DC Archives Editions have been with us for a long time, in fact over twenty years and as such they provide an interesting insight into the oft times problematic craft of re-presenting U.S. comics golden age to a modern audience. I say modern audience slightly tongue in cheek, more likely old farts who even if they haven't sold off their collection, or consigned it to a plastic tomb (aka slabbing) are probably a mite apprehensive at actually turning the pages of seventy year old comics for fear that either they or the comics might not be equal to the task.
The only series I have stuck with and this out of sheer nostalgia, are their Batman reprints. These are as good an indication as any about the vagaries of the restoration process. As has been discussed here before, there have been all kinds of learning curves involved for the people tasked with revitalizing these comics. Even setting aside their recent experiment with presenting verbatim color scans of pages in some of their Simon and Kirby reprints, there have been some real inconsistencies which are fascinating and frustrating in almost equal measure.
Take for instance Batman Archives Volume 2 which collected some of Jerry Robinson's earlies stories from Detective Comics, where not only were some covers badly redrawn as DC no longer had complete copies of all issues, but to further compound the disappointment, no allowance was made for the fact that the paper the comics were being printed on was glossy and less absorbent than the newsprint that the colors had originally been intended for. Which meant that everything looked hideously garish and the purple of the Joker's suit was so dark that all the line work simply disappeared into a morass that was even darker than John Carpenter's Dark Star. To any serious comics devotee this was a heinous crime of unparalleled magnitude. Even the burning of the library of Constantinople seemed fairly mild in comparison.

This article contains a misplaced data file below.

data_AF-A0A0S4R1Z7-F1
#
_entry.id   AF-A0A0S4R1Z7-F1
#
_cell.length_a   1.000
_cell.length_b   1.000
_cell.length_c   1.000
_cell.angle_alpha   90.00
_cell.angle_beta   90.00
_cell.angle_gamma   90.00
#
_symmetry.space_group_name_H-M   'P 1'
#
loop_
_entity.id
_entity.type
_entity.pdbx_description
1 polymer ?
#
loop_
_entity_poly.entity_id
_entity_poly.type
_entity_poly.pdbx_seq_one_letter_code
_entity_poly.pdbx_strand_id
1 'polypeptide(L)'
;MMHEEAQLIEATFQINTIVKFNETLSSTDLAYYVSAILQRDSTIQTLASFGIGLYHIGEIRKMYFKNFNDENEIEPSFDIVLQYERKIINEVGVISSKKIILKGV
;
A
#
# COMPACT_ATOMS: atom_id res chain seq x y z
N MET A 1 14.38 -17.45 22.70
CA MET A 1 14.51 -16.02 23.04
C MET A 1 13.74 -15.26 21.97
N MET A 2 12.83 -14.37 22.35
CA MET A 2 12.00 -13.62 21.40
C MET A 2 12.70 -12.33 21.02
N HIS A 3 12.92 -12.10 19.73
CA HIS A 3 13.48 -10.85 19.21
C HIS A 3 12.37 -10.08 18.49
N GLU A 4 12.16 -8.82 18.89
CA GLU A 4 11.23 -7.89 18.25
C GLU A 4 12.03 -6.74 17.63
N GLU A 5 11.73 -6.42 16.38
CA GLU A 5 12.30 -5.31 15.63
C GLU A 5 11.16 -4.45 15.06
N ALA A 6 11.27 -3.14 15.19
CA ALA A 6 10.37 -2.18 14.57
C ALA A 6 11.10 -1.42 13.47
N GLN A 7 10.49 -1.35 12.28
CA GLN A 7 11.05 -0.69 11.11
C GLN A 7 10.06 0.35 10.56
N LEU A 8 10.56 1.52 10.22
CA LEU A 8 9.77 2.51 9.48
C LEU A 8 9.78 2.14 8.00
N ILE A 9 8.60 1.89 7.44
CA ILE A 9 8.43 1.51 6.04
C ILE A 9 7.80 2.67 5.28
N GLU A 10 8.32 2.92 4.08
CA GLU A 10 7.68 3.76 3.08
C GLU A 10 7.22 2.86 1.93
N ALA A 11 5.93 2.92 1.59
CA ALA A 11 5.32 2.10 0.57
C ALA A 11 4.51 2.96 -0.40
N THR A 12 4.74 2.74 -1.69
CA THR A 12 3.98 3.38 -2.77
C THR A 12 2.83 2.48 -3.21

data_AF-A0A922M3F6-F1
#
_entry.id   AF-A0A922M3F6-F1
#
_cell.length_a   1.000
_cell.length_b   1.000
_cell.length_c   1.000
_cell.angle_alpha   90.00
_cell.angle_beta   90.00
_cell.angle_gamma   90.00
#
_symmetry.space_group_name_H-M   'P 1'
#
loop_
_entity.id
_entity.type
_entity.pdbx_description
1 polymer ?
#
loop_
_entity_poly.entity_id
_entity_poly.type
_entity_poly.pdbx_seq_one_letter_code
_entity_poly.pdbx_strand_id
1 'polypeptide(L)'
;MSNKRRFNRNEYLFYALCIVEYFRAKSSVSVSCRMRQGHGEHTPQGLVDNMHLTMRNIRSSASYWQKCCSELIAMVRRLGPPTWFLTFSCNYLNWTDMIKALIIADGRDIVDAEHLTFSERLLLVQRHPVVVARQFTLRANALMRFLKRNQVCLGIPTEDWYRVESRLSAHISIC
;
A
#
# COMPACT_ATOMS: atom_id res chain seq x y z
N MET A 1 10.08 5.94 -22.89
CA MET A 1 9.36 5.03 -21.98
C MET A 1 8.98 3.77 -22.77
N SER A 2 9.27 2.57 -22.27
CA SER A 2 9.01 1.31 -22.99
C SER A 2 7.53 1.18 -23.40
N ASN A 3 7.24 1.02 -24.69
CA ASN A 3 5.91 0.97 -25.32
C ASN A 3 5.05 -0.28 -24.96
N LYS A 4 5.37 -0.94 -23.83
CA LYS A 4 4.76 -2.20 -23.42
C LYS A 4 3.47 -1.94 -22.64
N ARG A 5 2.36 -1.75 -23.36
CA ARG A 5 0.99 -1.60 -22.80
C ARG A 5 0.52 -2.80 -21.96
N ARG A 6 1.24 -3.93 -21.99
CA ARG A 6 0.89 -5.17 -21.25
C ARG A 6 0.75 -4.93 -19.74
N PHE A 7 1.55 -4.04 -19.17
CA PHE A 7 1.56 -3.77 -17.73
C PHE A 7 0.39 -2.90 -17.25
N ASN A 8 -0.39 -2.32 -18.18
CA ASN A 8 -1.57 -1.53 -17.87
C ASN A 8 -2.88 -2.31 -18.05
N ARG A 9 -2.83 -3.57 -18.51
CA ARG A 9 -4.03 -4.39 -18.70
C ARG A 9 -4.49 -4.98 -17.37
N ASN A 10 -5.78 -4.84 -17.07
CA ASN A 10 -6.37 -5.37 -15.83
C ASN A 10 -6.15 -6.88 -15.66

However things have gradually improved although there are still minor setbacks. To my mind the best volumes in this series so far are The Dark Knight Archives 4, 5 and 6. Volume 6 is a particularly impressive affair and as I have owned many of the comics reprinted in that book I was perhaps more aware of what could have been lost. The work that has been done on these pages is simply astonishingly good. All the color has been stripped out without losing any obvious detail to provide black and white linework with new color added digitally. This is still a weak area in some respects as there are totally inappropriate gradations and airbrush efx that still creep in from time to time.
But and it is a big BUT, the linework on these volumes is superb. Just check this sample with the original splash page from Batman No. 24's lead off story It Happened in Rome with the recent Dark Knight Archive 6 reprint to see what I mean.
So I really was looking forward to seeing the latest in the Dark Knight Archive series, but sad to say although covers such as this beauty (Batman No. 31) are superbly reproduced, others (Batman 27's hideously heavy red on Santa's cheeks) are not and what is worse the contents are also badly restored with lots of drop out of detail and in fill of feathered blacks as in the Jerry Robinson page shown at the end of this posting.
When you check the sources of the digital restoration you find the possible cause of all these inconsistencies as this work is farmed out to a variety of sources. But be that as it may, these books are still the most affordable way of viewing these old treasures from U.S. comics infancy and I can only hope that DC stick with the project a little longer.
All images © DC Comics 2011
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